Recently, there’s been a surge of online film classes both on and outside of MasterClass. At present, MasterClass has these other film courses available:
- Jodie Foster — Filmmaking
- Spike Lee — Independent Filmmaking
- Werner Herzog — Filmmaking
- Ken Burns — Documentary Filmmaking
- Martin Scorsese — Filmmaking
- David Lynch — Creativity and Film
- Ron Howard — Directing
Outside of MasterClass, I struggled to find an independent filmmaking course as extensive as Mira Nair’s. On Udemy, I could only find a 5-hour Hollywood Filmmaking class, which is closest in length to Nair’s MasterClass.
But, of course, it’s less suited to the audience Nair’s teaching for. It also doesn’t address problems of budgets or a lack of resources.
Mira Nair has experience in both documentary and feature filmmaking, and has the more rounded knowledge of working with large and small budgets.
In my opinion, I don’t think you could find a course like this elsewhere — especially one that is so focused on depicting political and cultural realities.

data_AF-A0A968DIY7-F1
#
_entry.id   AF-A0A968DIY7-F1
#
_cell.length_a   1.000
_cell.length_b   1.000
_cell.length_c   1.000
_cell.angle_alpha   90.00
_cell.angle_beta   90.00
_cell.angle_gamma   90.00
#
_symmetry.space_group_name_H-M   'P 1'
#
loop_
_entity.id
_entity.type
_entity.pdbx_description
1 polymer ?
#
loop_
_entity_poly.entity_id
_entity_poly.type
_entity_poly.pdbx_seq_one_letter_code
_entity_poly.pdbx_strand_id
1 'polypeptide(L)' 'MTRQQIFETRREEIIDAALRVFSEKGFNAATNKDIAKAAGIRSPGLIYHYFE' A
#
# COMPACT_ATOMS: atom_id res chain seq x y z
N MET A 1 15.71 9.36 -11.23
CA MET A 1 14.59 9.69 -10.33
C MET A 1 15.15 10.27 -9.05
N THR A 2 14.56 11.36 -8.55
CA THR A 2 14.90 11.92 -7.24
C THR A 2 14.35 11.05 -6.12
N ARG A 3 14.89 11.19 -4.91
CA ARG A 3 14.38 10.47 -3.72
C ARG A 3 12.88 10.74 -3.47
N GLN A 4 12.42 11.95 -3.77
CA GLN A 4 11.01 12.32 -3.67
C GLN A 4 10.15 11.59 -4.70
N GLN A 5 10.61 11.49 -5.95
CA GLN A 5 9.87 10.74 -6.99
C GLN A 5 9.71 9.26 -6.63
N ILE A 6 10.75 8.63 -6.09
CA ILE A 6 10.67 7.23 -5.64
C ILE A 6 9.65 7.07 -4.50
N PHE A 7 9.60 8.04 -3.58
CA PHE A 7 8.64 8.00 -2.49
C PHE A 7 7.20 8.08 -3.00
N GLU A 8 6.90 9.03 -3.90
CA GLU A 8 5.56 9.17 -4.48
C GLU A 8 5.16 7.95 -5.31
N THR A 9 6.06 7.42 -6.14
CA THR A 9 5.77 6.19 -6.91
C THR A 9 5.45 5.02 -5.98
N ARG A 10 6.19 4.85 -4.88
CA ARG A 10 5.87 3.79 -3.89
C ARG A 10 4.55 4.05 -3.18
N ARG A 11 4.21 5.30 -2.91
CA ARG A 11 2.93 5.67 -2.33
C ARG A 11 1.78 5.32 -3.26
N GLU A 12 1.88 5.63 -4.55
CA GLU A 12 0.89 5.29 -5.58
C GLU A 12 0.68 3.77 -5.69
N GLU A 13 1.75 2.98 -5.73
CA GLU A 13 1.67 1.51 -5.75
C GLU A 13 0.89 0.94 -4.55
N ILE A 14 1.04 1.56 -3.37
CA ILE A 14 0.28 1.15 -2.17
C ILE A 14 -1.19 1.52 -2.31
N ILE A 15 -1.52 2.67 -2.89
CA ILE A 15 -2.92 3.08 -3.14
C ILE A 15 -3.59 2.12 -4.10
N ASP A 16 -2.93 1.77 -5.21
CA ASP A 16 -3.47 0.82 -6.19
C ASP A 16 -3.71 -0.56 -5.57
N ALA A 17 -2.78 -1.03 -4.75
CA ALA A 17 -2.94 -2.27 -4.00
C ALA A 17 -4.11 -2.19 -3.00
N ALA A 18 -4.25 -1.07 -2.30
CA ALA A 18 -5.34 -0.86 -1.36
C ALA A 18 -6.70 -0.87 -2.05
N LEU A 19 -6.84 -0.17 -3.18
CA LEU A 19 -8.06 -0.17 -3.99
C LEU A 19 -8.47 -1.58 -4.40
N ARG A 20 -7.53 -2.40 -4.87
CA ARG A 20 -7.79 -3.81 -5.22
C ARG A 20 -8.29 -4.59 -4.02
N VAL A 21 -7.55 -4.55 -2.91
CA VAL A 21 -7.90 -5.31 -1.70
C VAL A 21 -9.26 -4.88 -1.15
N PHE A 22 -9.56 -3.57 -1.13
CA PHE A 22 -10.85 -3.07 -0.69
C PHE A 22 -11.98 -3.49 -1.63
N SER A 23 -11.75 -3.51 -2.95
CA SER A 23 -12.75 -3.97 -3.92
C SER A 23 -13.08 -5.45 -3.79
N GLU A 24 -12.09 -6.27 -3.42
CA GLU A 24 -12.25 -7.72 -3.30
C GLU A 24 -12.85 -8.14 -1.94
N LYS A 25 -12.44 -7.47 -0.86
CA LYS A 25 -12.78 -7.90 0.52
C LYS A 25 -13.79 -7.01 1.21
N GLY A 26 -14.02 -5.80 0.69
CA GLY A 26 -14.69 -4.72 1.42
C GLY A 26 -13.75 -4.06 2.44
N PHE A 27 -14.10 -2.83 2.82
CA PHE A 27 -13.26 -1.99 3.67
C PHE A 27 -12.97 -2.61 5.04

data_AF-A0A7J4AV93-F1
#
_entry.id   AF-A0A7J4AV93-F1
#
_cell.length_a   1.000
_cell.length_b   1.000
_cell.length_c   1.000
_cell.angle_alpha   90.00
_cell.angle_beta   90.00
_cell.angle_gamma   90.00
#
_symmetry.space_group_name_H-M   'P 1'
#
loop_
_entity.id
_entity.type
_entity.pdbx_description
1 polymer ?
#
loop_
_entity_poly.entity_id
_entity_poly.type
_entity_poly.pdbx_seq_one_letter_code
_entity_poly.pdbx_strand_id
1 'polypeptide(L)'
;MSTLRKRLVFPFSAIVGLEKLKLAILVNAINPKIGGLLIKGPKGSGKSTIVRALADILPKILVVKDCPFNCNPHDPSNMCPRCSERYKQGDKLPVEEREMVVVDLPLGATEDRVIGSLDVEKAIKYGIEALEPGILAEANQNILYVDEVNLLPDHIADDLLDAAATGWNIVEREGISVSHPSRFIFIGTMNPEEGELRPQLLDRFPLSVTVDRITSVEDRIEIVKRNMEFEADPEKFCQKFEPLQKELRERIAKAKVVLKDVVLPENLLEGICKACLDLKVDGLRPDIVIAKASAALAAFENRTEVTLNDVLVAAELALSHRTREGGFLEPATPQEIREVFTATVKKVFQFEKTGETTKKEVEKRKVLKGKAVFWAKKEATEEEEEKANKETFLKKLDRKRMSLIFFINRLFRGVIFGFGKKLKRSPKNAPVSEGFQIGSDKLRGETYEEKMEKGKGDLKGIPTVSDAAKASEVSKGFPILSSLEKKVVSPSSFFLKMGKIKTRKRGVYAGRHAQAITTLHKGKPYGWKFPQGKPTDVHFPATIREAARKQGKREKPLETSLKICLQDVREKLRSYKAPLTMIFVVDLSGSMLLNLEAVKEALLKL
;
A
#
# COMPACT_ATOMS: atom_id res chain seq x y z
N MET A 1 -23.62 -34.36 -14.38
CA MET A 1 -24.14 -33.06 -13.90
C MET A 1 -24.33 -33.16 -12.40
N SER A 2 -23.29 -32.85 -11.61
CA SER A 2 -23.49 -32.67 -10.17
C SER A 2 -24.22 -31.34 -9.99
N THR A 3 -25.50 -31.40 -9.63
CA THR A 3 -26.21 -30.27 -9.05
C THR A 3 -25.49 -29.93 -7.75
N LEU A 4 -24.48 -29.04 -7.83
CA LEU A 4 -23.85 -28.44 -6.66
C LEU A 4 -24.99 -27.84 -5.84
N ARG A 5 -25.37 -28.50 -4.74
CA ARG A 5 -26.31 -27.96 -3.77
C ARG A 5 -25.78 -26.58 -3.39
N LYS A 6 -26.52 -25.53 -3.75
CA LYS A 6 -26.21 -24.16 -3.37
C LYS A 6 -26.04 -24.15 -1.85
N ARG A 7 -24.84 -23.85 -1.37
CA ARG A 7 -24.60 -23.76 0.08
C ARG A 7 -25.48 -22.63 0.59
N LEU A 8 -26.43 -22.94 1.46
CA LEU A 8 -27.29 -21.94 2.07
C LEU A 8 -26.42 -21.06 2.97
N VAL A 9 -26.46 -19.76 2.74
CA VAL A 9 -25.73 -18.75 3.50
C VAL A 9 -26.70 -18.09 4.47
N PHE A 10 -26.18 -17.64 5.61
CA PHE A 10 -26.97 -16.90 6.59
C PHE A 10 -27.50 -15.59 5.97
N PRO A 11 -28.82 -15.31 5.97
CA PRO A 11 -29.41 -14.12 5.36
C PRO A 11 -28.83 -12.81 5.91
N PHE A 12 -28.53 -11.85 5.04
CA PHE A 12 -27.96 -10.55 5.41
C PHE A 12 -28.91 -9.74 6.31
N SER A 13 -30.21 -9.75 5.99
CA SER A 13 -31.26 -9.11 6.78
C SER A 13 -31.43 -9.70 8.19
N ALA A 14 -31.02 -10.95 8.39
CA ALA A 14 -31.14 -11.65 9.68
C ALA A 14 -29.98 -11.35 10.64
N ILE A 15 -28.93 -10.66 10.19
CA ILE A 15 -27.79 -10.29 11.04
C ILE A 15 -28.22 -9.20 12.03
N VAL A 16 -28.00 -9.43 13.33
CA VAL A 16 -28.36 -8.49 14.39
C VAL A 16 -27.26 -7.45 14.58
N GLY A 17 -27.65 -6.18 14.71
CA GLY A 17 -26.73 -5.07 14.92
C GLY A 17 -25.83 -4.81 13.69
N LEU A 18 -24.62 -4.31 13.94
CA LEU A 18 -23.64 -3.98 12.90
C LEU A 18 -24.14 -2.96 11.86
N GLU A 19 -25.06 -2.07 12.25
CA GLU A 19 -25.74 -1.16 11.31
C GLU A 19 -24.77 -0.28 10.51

With MasterClass, you also have the benefit of having all information in one easy-to-access place. Along with this, the production values and teaching abilities more than justify the price tag.
Whatsmore, with the all-access pass, you can take any of the MasterClass courses!
Mira Nair’s MasterClass: what others have said
My aim here is to present the most fair and balanced review of Mira Nair’s MasterClass. So, it’s worth drawing attention to others’ experiences — positive and negative.
While researching Reddit and similar forums (as well as MasterClass itself) I found mixed reviews for this course. One downfall was the lack of reading resources:
“What feeds the brilliant mind? Why doesn’t she have a section of her recommendations for books?” -- Comment from MasterClass
Compared to other courses, such as Ron Howard’s, Mira Nair’s does lack the reading resources we’d expect. This is especially true when Nair dedicates so much importance to Indian literature.